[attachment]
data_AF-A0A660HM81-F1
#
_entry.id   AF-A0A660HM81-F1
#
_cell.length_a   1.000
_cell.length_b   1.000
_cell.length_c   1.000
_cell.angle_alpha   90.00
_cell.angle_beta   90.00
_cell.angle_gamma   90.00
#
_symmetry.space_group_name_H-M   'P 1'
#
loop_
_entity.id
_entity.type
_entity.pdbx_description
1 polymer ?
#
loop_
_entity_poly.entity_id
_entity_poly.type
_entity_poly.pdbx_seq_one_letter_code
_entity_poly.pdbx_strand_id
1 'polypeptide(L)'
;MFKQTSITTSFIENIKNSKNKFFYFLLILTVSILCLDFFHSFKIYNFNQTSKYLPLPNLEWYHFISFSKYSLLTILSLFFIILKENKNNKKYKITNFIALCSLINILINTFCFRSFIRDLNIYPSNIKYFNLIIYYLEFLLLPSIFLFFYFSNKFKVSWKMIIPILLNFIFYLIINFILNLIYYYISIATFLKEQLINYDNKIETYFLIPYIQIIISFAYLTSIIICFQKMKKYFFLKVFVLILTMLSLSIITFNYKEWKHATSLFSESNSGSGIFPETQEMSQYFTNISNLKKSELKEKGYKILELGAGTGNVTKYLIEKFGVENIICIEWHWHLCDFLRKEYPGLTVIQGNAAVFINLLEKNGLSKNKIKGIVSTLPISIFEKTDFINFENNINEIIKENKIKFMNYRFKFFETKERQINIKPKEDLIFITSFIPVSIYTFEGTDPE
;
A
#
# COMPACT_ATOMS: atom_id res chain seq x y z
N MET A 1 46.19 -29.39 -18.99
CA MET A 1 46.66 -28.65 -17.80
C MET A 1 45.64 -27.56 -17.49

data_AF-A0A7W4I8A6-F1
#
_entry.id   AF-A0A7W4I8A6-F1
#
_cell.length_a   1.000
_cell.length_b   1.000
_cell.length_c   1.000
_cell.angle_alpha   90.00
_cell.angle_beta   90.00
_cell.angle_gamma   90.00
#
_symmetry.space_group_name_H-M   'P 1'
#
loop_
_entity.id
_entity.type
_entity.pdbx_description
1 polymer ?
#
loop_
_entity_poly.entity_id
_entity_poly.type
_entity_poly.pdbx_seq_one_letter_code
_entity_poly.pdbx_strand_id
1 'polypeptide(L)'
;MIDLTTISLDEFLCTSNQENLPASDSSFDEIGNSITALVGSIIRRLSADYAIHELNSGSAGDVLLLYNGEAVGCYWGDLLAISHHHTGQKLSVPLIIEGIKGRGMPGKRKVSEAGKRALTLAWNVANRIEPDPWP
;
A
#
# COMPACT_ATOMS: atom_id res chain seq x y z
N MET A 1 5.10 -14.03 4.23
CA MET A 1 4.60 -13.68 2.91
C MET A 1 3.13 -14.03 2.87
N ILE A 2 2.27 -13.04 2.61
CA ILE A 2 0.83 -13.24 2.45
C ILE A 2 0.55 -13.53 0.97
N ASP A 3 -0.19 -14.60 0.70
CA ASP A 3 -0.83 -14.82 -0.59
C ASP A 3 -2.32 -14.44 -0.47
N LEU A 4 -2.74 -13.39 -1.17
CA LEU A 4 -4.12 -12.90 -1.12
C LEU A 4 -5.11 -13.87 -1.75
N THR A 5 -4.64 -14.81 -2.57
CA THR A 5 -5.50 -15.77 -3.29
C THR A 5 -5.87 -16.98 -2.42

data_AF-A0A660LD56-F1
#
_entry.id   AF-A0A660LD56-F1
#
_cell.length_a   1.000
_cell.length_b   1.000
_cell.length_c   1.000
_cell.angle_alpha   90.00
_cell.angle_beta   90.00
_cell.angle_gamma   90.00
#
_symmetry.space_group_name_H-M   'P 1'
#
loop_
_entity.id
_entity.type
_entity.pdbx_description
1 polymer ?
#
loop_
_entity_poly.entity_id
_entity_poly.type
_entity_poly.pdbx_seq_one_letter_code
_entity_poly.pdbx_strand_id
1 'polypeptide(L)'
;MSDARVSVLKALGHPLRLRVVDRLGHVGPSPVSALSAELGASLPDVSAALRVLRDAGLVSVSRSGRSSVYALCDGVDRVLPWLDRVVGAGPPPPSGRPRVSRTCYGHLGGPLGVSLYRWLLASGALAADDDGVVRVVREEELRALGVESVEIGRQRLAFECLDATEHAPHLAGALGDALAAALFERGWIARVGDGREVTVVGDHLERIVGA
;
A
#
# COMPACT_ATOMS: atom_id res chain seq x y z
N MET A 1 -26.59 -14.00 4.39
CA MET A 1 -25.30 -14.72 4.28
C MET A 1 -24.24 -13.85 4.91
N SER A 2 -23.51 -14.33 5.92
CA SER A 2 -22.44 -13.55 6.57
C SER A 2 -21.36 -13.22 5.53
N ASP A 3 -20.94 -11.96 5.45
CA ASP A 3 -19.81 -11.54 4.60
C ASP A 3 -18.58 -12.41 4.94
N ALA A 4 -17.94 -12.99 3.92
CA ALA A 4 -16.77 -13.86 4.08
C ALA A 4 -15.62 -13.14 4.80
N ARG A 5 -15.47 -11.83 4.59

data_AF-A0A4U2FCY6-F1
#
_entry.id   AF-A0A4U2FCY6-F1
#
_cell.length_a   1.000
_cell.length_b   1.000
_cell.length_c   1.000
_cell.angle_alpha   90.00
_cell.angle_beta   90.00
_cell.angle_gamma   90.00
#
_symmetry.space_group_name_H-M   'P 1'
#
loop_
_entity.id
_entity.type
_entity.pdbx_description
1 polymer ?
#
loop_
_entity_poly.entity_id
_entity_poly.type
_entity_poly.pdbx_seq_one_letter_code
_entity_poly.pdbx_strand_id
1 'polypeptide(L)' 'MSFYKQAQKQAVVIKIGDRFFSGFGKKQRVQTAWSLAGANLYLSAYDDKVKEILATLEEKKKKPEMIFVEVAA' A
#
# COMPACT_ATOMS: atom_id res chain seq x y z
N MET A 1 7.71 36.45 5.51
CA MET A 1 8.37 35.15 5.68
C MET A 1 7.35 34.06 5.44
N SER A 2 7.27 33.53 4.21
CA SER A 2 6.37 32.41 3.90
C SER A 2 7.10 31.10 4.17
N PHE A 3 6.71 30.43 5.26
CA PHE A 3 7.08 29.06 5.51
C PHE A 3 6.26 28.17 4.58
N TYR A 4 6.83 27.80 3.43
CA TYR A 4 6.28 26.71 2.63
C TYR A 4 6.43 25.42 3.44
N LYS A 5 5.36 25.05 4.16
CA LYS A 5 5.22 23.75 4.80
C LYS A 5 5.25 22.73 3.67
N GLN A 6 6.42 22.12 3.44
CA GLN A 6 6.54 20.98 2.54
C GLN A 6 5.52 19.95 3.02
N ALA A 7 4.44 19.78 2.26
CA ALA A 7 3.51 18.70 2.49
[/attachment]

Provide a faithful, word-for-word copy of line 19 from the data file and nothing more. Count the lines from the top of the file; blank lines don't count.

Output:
#